Shir Hashirim One: Ein Gedi

Today starts a new book, Song of Songs. I’ve definitely read excerpts from this book before, but I don’t think I’ve ever fully read through the whole thing, so I’m looking forward to exploring it. I’ve seen that the poetry-based books that don’t really have a plot aren’t always my favorites, but this one is short enough that hopefully it’ll be a nice interlude. The book starts by identifying it as being of King Solomon, and it’s known for being a love poem. There are plenty of interpretations of how this can be read as allegorical, but as I’m not going deep into commentaries, I’m sticking with what I find from the surface-level text itself.

“A cluster of henna-flowers is my beloved to me, in the vineyards of Ein Gedi (Song of Songs 1:14).” I remember the first time I went to Ein Gedi, when I was in high school. I’d been to Israel many times before, but it wasn’t somewhere on my family’s radar, so I hadn’t been to that particular site. I was with a teen tour, and we hiked up to the waterfalls, and as we were climbing, our tour guide pointed out the caves where King Saul and King David pursued each other, and took out a Tanakh and read from the Song of Songs. Despite all the time I had spent in Jerusalem previously, this was the first time that it really hit home for me that I was walking where all of these events happened, that my steps were on the same paths as mythical characters. I’m not sure if Jerusalem was too familiar or too overwhelming, but that idea never hit home as much as it did in Ein Gedi, so it’s nice to have a flashback to that moment through this reading.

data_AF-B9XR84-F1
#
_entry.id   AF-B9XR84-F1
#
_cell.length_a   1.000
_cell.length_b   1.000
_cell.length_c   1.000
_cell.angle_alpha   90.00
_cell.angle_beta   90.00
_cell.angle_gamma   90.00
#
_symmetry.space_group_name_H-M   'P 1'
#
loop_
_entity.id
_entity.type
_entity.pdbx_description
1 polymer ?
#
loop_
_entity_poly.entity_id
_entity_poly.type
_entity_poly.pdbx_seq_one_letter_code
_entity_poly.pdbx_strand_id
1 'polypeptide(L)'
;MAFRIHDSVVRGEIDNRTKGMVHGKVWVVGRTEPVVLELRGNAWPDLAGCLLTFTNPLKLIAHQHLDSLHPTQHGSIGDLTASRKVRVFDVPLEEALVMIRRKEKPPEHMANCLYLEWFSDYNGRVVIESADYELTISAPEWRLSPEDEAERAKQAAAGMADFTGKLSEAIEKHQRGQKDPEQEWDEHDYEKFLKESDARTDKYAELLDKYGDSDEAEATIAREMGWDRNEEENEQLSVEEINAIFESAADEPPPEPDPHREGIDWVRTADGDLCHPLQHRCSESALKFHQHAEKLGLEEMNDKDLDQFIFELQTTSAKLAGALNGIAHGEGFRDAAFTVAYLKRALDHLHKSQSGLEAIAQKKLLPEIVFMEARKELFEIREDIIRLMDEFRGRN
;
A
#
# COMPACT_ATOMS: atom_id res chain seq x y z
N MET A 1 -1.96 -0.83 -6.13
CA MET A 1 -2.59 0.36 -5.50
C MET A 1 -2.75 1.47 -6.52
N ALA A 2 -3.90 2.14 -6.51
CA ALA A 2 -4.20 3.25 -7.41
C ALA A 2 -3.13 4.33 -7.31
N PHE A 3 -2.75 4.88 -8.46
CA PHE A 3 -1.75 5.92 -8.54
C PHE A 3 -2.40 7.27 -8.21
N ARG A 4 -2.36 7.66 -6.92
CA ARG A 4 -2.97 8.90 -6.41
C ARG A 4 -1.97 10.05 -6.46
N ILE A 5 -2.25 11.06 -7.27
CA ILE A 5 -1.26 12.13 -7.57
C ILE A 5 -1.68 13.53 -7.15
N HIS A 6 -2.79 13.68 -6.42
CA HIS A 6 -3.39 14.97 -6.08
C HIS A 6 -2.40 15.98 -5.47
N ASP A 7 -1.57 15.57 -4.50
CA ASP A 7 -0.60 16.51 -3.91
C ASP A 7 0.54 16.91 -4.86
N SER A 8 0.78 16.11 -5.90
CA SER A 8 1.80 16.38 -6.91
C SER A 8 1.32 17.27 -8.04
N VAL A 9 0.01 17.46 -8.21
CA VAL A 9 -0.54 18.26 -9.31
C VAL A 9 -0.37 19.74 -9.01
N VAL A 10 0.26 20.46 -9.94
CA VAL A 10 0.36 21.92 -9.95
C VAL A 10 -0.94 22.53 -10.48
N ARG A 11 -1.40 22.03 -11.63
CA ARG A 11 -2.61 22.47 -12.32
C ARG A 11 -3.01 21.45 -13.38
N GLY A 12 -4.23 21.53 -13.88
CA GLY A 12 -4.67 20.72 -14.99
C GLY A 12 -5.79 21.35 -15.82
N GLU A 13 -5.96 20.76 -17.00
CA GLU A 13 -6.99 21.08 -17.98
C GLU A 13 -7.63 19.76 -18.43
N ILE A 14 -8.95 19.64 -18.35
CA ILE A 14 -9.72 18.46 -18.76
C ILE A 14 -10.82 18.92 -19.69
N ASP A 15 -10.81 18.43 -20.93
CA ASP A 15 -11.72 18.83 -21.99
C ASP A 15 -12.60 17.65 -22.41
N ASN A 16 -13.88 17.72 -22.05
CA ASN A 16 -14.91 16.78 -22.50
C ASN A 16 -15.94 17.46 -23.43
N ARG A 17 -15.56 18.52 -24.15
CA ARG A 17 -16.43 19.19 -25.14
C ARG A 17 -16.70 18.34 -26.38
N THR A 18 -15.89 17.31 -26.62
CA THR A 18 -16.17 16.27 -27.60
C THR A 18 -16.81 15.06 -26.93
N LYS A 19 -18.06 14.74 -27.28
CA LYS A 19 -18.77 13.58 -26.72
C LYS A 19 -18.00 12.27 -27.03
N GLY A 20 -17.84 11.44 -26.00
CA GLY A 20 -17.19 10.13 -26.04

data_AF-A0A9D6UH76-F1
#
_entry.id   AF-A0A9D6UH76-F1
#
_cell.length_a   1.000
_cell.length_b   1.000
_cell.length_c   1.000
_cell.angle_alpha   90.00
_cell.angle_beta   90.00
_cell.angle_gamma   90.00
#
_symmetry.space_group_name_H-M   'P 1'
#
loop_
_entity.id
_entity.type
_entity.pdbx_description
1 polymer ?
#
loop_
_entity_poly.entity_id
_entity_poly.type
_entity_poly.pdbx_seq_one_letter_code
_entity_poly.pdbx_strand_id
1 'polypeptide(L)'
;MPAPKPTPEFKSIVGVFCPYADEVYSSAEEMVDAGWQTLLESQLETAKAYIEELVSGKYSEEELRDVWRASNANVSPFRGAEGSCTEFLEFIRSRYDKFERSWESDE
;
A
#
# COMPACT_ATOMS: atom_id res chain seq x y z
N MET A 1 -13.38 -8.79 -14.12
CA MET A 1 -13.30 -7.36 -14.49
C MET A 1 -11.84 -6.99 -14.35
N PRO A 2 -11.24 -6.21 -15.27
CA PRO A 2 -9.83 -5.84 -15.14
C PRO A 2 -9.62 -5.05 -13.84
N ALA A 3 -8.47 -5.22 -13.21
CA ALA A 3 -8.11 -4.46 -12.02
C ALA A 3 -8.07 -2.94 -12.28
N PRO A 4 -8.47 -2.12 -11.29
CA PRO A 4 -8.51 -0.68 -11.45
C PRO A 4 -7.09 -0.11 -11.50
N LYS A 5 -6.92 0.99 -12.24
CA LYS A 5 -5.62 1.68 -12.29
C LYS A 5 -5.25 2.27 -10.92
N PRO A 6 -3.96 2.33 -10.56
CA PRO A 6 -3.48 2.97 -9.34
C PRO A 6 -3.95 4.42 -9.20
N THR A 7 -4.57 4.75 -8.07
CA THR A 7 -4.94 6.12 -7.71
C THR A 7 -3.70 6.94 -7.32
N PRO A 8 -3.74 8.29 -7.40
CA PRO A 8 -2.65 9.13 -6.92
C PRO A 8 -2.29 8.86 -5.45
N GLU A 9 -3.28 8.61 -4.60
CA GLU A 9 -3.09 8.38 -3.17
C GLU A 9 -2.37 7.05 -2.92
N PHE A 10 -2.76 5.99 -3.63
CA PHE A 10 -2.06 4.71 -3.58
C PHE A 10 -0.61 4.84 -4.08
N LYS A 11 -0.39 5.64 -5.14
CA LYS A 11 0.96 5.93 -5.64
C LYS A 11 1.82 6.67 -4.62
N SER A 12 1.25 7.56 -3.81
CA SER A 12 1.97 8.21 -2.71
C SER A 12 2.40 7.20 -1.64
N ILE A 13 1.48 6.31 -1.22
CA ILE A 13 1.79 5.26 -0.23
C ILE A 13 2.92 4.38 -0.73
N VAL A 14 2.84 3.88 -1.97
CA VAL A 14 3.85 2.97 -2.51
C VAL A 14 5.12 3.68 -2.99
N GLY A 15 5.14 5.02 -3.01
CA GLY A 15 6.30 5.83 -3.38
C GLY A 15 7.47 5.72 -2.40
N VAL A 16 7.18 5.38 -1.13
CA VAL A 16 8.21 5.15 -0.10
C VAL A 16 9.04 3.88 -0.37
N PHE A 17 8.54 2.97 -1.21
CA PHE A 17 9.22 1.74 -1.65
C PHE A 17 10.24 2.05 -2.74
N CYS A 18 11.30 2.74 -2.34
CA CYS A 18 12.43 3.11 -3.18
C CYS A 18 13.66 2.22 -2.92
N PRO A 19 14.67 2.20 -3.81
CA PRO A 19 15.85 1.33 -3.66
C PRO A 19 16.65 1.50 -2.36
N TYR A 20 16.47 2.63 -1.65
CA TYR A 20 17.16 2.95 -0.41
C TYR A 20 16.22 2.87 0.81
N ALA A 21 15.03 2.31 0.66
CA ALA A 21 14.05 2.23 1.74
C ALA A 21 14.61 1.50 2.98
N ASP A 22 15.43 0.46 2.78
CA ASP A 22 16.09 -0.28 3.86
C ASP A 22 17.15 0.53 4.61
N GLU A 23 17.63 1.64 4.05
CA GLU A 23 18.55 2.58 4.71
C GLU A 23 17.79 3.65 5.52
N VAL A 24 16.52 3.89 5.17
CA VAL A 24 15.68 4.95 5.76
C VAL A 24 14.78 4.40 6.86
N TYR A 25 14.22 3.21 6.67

Iyov Forty-Two: Trauma

With this chapter, we’re at the end of the book of Job. I have to confess, I’m not unhappy about this. I haven’t loved Job. It’s been repetitive, long-winded, and I truly had no idea how long of a book this is. The story has always seemed like it’s pretty well wrapped up within the first two chapters, so the weeks of reflection and speeches have been a less than stellar surprise. I’m looking forward to starting a new book next week, and moving on from this one.

So, my final verse for Job. He’s finally back in favor with God, and is rewarded twofold what he lost. “Now the Lord blessed Job’s end more than his beginning, and he had fourteen thousand flocks and six thousand camels and a thousand yoke of cattle and a thousand she-donkeys. And he had fourteen sons and three daughters (Job 42:12-13).” It’s great that Job finally gets what’s coming to him, but I imagine none of the blessings that he receives now can in any way fully make up for what he lost during his cursed period. Just because good eventually happens doesn’t negate the tragedy that someone already went through. Those are the things that shape us, in one way or another. The book ends with Job dying at the age of 140. And with that, this saga closes, and we’re on to the next. On Sunday I start Song of Songs, with 790 chapters down and 139 to go!

Iyov Forty-One: Relationships